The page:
So, how much do you really know about Keats?

The life of John Keats the man: his family, his friends, and his contemporaries.

Moderators: Saturn, Malia

Postby Saturn » Sat Feb 04, 2006 11:49 pm

Can we have a clue please Malia? :?
"Oh what a misery it is to have an intellect in splints".
Saturn
Forum Administrator
 
Posts: 3940
Joined: Mon Apr 12, 2004 10:16 am

Postby Despondence » Sat Feb 04, 2006 11:56 pm

I know I've read that episode....I'm sure it was recounted in Motion, but where oh where... :lol:
Despondence
 

Postby Saturn » Sun Feb 05, 2006 12:08 am

I can vaguely recall it but I'm not sure if my idea is right :?
"Oh what a misery it is to have an intellect in splints".
Saturn
Forum Administrator
 
Posts: 3940
Joined: Mon Apr 12, 2004 10:16 am

Postby Despondence » Sun Feb 05, 2006 12:29 am

Ah - chapter Forty-Nine :)

He told Hunt that he was dying of a broken heart.

They sat in silence for a few moments, then Keats suddenly covered his face with his handkerchief. After he had composed himself, he told Hunt that he was dying of a broken heart. There was no mention of Fanny, and Hunt was bewildered as well as horrified. 'He must have been wonderfully excited to make such a confession,' he said later, 'for his spirit was lofty to a degree of pride.'
Last edited by Despondence on Sun Feb 05, 2006 12:35 am, edited 1 time in total.
Despondence
 

Postby Saturn » Sun Feb 05, 2006 12:30 am

I thought it was something like that.
Now we must wait for Malia to pronounce whether you're correct.
"Oh what a misery it is to have an intellect in splints".
Saturn
Forum Administrator
 
Posts: 3940
Joined: Mon Apr 12, 2004 10:16 am

Postby Malia » Sun Feb 05, 2006 1:55 am

Yes, Despondence, you got it right. :) Keats broke down in tears and declared that he was dying of a broken heart. This is a scene that I believe is referenced in almost every major bio of Keats--and it is a powerful and desperately sad image, I think. Your turn, Despondence.
Stay Awake!
--Anthony deMello
User avatar
Malia
Forum Administrator
 
Posts: 1606
Joined: Mon Nov 29, 2004 12:55 am
Location: Washington State, USA

Postby Despondence » Mon Feb 06, 2006 8:13 am

Pt. I, Sec. 2, Subsect. XV.--Love of Learning, or overmuch Study. With a Digression on the Misery of Scholars, and why the Muses are -----.

Leonartus Fuchsius, Instit. lib. 3, sect. I, cap. I; Felix Plater, lib. 3, de mentis alienat.; Herc de Saxonia, tract. post. -----, cap. 3, speak of a peculiar fury which comes by overmuch study. Fernelius, lib I, cap. 18, puts study, contemplation and continual meditation as an especial cause of madness: . . .

Which book, and what relevance to Keats?
Despondence
 

Postby Saturn » Mon Feb 06, 2006 9:48 am

That is a really hard one Despondence :?

I can't even guess what the answer is :oops:
"Oh what a misery it is to have an intellect in splints".
Saturn
Forum Administrator
 
Posts: 3940
Joined: Mon Apr 12, 2004 10:16 am

Postby Malia » Mon Feb 06, 2006 9:36 pm

I think I know what this is. . .is it from Burton's Anatomy of Melancholy? I know this was an important book to Keats--and was heavily annotated by him. Some biographers considered his annotations almost a sort of personal journal reflecting, among other things, his ambivalence toward women. I believe he got the idea of the Lamia poem from the Anatomy of Melancholy, too.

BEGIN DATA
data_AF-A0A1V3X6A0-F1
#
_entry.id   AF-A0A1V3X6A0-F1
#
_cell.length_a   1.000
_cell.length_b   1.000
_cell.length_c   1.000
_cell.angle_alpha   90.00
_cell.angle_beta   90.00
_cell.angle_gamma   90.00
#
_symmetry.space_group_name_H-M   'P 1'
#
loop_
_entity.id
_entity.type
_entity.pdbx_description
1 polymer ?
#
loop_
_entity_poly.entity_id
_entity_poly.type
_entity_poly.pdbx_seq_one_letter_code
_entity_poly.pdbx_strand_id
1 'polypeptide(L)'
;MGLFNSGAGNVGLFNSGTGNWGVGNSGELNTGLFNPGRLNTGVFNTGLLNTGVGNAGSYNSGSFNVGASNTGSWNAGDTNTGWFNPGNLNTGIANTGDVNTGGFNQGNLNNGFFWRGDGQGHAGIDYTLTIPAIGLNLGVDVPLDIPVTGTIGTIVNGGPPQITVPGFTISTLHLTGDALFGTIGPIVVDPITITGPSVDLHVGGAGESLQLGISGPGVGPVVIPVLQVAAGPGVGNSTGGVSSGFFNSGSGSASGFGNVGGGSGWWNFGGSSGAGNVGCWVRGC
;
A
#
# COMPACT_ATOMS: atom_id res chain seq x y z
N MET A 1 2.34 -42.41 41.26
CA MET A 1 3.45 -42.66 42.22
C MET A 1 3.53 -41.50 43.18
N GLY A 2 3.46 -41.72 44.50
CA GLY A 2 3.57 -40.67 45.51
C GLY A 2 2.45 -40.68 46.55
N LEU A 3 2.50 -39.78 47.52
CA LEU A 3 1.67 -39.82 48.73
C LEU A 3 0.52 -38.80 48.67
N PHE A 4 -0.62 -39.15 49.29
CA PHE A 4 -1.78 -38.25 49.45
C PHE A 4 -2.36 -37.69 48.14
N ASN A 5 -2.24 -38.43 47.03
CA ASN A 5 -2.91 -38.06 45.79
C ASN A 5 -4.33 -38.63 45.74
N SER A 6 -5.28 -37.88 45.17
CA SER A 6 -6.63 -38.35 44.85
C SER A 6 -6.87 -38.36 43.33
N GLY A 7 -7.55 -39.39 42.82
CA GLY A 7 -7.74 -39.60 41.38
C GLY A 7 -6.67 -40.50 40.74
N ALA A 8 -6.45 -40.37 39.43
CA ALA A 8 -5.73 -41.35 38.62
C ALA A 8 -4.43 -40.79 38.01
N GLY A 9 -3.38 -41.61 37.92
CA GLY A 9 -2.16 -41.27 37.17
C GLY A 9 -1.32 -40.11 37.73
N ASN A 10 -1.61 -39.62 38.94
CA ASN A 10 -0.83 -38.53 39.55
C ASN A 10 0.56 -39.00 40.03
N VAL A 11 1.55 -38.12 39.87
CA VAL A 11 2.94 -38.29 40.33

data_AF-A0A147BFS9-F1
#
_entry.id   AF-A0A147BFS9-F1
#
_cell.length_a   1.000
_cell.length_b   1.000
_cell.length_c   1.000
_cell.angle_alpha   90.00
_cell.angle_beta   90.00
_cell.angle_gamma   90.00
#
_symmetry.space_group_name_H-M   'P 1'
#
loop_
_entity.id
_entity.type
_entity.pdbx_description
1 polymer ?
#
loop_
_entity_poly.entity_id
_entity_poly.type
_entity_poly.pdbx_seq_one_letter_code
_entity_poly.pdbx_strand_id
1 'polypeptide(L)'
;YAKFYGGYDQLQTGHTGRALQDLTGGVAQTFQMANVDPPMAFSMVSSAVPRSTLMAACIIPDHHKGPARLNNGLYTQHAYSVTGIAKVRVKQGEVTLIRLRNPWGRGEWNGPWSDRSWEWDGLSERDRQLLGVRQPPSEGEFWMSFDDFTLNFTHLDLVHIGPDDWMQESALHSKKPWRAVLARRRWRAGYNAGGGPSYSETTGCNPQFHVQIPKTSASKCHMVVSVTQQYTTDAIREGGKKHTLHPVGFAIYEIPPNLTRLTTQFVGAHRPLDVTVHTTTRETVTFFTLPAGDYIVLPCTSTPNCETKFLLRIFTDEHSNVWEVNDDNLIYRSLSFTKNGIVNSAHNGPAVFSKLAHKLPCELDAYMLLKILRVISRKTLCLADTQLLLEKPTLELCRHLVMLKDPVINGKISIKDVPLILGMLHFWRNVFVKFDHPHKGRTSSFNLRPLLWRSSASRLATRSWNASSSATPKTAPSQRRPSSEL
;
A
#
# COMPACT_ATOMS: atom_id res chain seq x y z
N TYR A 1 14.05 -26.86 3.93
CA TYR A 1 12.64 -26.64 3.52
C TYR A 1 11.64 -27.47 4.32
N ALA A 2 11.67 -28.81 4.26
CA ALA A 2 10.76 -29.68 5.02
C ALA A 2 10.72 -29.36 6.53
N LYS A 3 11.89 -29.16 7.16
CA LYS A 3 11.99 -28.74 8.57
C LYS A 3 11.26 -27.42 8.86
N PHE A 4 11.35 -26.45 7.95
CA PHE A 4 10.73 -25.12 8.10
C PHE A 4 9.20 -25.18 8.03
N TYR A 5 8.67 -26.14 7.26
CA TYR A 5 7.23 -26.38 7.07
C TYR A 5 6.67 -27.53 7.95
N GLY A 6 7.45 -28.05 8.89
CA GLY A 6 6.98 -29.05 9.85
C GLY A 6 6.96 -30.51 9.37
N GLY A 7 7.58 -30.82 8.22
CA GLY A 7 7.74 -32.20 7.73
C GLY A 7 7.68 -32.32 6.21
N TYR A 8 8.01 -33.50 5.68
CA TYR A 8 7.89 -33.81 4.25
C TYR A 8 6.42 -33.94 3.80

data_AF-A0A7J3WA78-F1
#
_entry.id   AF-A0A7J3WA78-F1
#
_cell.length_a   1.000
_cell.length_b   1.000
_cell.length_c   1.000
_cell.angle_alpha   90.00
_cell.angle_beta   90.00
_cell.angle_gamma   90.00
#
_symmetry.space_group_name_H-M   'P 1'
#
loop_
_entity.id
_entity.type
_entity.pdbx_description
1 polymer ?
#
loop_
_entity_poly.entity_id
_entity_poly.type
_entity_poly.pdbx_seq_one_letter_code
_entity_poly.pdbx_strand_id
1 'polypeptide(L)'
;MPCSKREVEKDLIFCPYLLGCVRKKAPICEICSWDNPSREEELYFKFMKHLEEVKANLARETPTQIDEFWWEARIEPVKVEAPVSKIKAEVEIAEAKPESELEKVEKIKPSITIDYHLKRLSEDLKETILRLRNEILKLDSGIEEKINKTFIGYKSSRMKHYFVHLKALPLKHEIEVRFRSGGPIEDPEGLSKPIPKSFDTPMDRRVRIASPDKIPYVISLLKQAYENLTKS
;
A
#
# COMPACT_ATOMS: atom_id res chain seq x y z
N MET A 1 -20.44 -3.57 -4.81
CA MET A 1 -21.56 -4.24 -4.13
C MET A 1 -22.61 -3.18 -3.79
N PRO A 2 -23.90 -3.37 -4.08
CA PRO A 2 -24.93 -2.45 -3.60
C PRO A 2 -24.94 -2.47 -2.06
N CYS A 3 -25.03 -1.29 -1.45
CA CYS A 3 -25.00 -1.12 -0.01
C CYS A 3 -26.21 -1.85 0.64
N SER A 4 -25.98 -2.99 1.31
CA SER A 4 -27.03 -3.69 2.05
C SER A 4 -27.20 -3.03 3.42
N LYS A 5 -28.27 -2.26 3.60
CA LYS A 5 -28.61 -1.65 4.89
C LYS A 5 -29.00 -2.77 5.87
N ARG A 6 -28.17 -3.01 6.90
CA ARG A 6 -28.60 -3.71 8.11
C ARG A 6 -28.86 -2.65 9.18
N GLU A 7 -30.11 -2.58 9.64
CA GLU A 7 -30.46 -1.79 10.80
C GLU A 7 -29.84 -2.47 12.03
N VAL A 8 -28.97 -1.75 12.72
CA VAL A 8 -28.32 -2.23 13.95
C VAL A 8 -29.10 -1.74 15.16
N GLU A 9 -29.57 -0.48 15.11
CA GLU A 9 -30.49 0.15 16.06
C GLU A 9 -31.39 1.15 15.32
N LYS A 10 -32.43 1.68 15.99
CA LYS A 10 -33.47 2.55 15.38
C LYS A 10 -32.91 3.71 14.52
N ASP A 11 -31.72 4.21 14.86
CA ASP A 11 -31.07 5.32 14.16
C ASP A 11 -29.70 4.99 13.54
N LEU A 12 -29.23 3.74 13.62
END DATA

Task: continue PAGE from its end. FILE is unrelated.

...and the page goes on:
Stay Awake!
--Anthony deMello
User avatar
Malia
Forum Administrator
 
Posts: 1606
Joined: Mon Nov 29, 2004 12:55 am
Location: Washington State, USA

Postby Despondence » Mon Feb 06, 2006 9:47 pm

:lol: You're just unbeatable, Malia, that is indeed from the "Anatomy", where Keats read a passage from Philostratus which gave him the scope for Lamia. I deliberately did not cite that passage, that would have been too easy (and I also blotted out two instances of the word "melancholy" in my quote above...). I figured that anybody who ever leafed through that book would recognize the style of it. A wholly remarkable book, if I may say. You're up!
Despondence
 

Postby Malia » Mon Feb 06, 2006 10:18 pm

Yea :) Though I will have to admit, I have never touched the Anatomy of Melancholy--I didn't even know it was still in print! But I'm pretty good with context clues--and you provided some great ones in your quote from the book, Despondence :)

Next question--which is straight Keats triva and can be found in most biographies, I think.

When Keats and his friends played a "concert," what instrument did Keats often choose?
Stay Awake!
--Anthony deMello
User avatar
Malia
Forum Administrator
 
Posts: 1606
Joined: Mon Nov 29, 2004 12:55 am
Location: Washington State, USA

Postby Saturn » Tue Feb 07, 2006 12:29 am

Complete guess - was it a trumpet with his hands?
"Oh what a misery it is to have an intellect in splints".
Saturn
Forum Administrator
 
Posts: 3940
Joined: Mon Apr 12, 2004 10:16 am

Postby Malia » Tue Feb 07, 2006 12:45 am

Saturn wrote:Complete guess - was it a trumpet with his hands?


Nope. I'll give you a hint--it was in the woodwinds family ;)
Stay Awake!
--Anthony deMello
User avatar
Malia
Forum Administrator
 
Posts: 1606
Joined: Mon Nov 29, 2004 12:55 am
Location: Washington State, USA

Postby Saturn » Tue Feb 07, 2006 1:31 am

Clarinet?
"Oh what a misery it is to have an intellect in splints".
Saturn
Forum Administrator
 
Posts: 3940
Joined: Mon Apr 12, 2004 10:16 am

Postby Malia » Tue Feb 07, 2006 1:39 am

Saturn wrote:Clarinet?


No--what instrument has a name that sounds like something Keats would enjoy? (If that's of any help! :lol: )
Stay Awake!
--Anthony deMello
User avatar
Malia
Forum Administrator
 
Posts: 1606
Joined: Mon Nov 29, 2004 12:55 am
Location: Washington State, USA

PreviousNext

Return to Life and Letters

Who is online

Users browsing this forum: No registered users and 2 guests

cron